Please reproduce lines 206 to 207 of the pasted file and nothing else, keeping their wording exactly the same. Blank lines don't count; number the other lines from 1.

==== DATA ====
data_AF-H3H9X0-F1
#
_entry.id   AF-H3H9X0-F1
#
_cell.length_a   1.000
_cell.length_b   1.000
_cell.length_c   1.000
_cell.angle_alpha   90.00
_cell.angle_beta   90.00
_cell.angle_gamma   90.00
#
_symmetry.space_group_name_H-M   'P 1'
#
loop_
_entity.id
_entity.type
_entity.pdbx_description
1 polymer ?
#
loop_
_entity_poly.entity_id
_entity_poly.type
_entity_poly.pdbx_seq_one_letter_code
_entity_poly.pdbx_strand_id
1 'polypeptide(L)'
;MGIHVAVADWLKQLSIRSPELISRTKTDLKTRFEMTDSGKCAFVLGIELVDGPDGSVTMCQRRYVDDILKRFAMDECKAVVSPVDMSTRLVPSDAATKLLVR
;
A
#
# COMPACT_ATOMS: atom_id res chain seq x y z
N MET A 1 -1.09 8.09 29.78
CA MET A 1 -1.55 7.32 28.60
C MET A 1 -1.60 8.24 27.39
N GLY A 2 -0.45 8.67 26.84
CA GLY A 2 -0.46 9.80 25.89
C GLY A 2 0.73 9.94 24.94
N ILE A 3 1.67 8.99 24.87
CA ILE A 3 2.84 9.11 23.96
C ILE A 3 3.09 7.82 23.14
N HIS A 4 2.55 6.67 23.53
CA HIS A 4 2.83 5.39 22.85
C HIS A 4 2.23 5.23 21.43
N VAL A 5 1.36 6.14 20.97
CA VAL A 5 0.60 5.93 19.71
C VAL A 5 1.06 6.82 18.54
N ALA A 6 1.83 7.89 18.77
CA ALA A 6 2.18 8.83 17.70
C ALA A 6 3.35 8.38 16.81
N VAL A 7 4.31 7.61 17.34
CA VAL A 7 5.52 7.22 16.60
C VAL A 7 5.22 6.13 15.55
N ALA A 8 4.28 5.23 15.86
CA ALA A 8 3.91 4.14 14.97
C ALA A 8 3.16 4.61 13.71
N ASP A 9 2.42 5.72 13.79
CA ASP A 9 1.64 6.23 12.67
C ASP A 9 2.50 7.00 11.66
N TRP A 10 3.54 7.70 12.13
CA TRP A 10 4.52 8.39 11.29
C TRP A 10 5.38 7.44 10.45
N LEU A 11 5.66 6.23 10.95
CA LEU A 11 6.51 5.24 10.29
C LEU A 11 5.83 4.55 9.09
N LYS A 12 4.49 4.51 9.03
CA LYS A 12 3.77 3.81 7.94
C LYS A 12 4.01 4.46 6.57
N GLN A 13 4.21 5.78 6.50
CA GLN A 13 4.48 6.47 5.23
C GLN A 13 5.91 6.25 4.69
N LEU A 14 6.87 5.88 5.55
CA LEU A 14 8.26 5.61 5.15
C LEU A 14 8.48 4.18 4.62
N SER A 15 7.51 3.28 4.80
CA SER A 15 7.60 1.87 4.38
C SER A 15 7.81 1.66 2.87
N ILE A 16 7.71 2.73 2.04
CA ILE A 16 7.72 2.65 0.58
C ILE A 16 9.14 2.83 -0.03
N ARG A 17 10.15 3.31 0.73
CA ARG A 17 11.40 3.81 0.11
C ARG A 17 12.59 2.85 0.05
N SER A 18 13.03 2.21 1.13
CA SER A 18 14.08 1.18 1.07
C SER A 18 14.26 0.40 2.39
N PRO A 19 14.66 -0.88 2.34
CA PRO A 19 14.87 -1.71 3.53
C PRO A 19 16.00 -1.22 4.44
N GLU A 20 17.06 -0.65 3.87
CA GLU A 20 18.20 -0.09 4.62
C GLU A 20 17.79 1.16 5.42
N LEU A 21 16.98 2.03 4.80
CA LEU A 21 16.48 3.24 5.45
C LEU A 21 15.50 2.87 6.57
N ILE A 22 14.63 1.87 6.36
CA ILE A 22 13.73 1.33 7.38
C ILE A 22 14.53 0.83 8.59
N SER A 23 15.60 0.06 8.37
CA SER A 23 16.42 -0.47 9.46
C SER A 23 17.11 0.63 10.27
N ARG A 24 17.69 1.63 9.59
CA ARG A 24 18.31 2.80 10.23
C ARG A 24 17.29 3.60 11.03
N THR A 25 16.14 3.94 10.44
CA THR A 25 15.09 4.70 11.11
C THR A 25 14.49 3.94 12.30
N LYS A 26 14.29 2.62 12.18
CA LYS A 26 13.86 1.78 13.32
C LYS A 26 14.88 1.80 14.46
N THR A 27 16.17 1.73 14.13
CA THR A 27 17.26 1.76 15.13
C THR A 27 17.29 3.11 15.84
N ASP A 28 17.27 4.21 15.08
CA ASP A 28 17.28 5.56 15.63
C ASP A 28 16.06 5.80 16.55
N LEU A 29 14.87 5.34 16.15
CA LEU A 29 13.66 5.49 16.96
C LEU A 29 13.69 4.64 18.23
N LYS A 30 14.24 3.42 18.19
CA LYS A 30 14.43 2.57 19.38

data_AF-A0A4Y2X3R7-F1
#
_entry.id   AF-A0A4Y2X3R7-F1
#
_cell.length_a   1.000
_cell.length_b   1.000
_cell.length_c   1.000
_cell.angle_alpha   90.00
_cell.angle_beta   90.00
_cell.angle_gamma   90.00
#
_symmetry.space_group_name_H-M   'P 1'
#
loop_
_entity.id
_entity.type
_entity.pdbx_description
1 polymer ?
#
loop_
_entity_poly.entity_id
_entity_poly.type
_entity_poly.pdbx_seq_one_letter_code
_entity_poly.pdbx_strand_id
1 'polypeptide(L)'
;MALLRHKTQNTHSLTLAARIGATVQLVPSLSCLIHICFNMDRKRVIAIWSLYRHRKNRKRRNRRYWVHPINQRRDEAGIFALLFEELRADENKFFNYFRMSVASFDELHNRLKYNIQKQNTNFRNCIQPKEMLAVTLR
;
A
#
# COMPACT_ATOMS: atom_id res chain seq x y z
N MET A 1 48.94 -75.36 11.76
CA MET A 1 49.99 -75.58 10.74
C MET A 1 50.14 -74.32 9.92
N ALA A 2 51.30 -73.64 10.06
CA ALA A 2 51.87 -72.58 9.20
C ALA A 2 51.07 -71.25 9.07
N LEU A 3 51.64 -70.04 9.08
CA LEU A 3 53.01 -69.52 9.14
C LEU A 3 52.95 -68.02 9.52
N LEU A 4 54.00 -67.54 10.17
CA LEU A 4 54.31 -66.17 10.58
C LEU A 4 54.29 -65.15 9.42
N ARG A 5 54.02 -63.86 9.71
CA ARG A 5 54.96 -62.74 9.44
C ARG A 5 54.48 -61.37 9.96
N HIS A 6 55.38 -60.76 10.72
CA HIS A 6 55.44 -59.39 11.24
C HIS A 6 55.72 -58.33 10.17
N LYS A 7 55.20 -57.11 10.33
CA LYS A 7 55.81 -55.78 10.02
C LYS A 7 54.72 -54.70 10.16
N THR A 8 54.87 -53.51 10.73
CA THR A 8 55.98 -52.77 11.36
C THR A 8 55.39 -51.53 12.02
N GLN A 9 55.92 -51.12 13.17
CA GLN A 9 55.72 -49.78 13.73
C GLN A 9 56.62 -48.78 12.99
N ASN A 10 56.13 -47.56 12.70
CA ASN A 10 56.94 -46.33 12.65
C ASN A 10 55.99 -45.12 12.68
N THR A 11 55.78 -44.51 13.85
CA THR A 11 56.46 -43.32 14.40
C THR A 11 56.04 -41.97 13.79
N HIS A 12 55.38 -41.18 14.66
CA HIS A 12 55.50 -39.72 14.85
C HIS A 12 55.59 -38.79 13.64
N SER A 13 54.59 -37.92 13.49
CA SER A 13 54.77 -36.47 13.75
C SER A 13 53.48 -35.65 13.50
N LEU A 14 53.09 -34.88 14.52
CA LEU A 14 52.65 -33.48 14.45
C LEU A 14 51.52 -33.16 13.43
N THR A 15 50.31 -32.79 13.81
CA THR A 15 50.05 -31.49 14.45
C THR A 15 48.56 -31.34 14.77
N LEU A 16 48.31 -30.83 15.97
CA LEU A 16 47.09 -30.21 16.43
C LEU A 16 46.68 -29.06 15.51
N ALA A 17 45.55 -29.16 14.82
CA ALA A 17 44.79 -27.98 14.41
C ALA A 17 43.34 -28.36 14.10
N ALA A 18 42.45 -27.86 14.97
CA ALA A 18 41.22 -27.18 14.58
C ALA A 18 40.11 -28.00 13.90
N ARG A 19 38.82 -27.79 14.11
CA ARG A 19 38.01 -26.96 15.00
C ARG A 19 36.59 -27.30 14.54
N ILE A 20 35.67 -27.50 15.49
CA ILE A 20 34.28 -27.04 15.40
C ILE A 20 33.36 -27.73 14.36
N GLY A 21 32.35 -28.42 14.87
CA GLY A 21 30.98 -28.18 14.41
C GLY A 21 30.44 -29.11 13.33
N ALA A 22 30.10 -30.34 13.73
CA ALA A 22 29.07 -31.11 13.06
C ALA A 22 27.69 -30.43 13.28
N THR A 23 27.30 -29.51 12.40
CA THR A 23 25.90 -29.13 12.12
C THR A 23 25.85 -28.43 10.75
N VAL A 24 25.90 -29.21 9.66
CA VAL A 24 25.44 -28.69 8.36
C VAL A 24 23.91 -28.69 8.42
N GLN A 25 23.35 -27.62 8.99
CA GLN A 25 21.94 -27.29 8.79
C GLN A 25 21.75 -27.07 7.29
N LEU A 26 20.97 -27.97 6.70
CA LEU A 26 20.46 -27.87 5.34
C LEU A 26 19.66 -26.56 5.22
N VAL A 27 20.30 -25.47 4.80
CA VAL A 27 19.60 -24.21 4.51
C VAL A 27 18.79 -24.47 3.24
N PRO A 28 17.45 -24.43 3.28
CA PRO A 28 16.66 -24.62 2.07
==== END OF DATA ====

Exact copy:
C ARG A 19 36.59 -27.30 14.54
N ILE A 20 35.67 -27.50 15.49